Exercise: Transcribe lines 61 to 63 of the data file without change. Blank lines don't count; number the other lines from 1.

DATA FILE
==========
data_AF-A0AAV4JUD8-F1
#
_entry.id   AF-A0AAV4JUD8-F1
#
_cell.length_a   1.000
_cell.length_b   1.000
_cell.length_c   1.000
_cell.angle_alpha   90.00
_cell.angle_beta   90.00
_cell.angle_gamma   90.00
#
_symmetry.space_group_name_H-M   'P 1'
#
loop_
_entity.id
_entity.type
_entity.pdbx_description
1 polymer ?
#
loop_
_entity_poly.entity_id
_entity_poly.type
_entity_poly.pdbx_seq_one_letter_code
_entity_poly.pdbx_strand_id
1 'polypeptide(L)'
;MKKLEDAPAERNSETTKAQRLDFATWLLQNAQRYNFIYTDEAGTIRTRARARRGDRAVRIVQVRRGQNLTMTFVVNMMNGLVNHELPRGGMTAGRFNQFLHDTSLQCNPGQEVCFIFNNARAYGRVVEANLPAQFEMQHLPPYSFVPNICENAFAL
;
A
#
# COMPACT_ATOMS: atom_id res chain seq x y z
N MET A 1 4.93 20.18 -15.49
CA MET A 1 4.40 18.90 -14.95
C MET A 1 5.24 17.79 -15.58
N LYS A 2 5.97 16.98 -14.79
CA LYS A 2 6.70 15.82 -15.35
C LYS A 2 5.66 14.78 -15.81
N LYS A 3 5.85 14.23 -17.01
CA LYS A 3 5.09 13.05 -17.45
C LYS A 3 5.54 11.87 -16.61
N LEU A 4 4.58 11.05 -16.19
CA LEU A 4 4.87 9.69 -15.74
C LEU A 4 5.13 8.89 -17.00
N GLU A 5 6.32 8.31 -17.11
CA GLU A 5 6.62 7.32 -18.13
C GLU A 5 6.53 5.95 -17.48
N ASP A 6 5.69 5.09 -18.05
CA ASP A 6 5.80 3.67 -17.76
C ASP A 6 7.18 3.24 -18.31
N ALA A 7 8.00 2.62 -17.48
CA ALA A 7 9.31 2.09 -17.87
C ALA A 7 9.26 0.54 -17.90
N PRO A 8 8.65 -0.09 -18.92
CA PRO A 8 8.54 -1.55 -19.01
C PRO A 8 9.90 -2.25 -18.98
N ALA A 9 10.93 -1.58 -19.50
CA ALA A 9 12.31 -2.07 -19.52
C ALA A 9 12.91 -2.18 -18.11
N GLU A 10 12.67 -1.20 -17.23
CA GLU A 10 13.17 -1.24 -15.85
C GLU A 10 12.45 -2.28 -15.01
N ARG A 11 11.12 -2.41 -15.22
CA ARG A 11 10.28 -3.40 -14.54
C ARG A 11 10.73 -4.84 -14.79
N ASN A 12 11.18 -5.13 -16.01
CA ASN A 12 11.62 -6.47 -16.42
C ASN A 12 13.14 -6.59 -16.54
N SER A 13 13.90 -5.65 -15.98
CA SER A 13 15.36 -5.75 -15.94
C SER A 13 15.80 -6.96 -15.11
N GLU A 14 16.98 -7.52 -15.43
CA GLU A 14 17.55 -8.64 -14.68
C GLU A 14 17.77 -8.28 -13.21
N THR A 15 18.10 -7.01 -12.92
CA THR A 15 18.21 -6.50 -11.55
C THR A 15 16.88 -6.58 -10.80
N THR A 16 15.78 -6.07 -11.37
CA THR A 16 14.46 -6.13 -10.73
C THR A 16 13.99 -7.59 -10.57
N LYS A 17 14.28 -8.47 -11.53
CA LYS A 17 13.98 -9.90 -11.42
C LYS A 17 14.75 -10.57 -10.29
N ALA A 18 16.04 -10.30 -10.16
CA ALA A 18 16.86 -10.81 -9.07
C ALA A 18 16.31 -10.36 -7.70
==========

N ARG A 11 11.12 -2.41 -15.22
CA ARG A 11 10.28 -3.40 -14.54
C ARG A 11 10.73 -4.84 -14.79